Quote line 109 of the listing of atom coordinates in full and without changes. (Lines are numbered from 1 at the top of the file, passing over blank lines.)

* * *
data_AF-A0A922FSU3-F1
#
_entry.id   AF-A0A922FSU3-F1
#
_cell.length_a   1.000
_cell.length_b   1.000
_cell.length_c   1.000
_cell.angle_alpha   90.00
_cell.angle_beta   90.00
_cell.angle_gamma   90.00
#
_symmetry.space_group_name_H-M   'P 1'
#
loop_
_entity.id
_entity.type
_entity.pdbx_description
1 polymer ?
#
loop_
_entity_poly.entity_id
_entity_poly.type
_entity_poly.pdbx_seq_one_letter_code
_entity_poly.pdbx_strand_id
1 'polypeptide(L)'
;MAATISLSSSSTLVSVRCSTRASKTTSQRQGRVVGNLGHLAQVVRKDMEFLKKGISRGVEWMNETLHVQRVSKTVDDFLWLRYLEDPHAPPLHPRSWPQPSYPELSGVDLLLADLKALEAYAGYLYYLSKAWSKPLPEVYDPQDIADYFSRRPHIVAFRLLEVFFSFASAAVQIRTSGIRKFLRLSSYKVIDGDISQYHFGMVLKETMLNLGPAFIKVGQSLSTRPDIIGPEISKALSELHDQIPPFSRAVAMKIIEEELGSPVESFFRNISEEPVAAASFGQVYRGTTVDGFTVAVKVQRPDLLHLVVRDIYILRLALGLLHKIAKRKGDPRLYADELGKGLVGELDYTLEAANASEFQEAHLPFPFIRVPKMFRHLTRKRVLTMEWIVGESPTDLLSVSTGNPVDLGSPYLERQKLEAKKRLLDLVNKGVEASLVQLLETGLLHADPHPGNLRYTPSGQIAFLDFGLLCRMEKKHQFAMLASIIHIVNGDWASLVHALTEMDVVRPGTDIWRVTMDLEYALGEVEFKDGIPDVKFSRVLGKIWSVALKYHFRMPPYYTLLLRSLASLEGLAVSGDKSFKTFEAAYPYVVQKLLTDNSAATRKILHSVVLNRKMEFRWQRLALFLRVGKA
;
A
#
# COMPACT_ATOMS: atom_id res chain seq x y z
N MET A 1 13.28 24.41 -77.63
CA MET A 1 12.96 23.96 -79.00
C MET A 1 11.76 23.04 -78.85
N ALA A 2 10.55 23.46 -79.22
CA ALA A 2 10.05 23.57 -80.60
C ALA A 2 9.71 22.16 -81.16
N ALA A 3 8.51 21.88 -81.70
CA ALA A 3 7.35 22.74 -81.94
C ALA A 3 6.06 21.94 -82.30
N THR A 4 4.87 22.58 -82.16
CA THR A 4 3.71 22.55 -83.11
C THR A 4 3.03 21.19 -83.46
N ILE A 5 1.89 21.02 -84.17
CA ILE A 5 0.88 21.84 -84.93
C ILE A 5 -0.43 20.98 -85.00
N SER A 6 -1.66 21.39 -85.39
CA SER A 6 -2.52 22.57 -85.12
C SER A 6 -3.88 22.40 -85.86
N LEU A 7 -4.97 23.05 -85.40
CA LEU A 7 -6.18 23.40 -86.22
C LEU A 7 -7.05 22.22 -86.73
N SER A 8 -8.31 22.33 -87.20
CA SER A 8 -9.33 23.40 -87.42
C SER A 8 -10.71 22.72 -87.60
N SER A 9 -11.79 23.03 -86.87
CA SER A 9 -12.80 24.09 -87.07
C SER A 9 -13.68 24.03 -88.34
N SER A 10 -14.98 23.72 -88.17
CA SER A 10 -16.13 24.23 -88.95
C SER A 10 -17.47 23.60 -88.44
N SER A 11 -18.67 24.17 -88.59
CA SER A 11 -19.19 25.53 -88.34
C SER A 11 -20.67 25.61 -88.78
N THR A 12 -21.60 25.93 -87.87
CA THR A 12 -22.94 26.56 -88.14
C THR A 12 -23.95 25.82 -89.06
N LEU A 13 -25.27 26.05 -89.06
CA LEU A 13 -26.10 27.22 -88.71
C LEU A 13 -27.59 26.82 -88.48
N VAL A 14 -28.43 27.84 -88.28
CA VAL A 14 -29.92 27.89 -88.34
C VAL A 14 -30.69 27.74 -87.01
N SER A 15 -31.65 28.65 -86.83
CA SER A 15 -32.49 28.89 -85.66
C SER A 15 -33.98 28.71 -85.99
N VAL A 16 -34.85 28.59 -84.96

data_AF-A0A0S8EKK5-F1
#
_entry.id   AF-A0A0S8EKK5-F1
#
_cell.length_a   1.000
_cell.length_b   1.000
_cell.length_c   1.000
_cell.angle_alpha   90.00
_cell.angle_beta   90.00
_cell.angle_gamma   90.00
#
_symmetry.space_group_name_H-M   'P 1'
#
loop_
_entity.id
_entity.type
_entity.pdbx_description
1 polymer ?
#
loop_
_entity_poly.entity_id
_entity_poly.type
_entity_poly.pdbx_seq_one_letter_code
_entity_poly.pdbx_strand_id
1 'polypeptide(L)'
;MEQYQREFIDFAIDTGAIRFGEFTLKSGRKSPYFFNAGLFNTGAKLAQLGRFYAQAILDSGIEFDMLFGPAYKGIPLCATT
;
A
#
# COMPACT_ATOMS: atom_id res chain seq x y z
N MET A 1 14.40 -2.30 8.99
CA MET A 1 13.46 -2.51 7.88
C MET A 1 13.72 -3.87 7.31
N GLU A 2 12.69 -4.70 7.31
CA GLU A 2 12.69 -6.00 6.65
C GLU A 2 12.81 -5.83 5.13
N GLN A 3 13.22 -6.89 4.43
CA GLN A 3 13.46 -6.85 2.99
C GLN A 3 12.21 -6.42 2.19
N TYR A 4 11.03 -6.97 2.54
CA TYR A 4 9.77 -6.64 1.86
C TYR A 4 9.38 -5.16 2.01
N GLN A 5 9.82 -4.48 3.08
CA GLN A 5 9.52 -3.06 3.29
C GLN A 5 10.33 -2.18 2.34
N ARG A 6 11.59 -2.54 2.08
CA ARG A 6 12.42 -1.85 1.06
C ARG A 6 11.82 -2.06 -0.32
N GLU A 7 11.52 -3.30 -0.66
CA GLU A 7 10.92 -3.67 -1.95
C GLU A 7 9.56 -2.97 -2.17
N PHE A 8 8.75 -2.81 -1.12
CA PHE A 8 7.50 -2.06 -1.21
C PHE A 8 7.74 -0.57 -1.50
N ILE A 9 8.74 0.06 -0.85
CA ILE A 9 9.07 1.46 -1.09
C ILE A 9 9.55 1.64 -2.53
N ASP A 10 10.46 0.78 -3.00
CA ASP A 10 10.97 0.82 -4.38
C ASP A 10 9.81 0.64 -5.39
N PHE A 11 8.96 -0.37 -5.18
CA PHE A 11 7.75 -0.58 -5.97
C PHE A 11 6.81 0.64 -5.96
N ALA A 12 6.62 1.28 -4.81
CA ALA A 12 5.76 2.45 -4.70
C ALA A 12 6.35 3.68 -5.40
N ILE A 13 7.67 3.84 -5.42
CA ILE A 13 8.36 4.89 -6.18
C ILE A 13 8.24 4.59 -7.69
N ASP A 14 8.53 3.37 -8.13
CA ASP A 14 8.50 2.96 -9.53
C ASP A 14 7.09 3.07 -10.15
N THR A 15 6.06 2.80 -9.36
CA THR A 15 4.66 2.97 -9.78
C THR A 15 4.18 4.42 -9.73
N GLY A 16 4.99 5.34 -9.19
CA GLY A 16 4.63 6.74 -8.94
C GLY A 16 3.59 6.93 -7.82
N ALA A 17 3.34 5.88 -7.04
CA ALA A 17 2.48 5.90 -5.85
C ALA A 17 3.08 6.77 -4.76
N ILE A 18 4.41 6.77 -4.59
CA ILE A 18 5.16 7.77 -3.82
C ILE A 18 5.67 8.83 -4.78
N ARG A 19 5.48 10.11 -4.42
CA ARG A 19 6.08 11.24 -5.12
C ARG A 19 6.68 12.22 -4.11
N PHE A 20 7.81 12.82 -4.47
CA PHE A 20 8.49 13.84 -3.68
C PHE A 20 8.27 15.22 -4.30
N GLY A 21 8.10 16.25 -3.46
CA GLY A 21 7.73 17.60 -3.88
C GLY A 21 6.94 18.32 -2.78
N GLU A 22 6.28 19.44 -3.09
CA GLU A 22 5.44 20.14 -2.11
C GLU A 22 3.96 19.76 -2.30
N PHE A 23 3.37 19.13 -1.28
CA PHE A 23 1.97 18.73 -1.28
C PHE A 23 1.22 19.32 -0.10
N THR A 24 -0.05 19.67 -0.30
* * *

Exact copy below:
C MET A 1 13.72 -3.87 7.31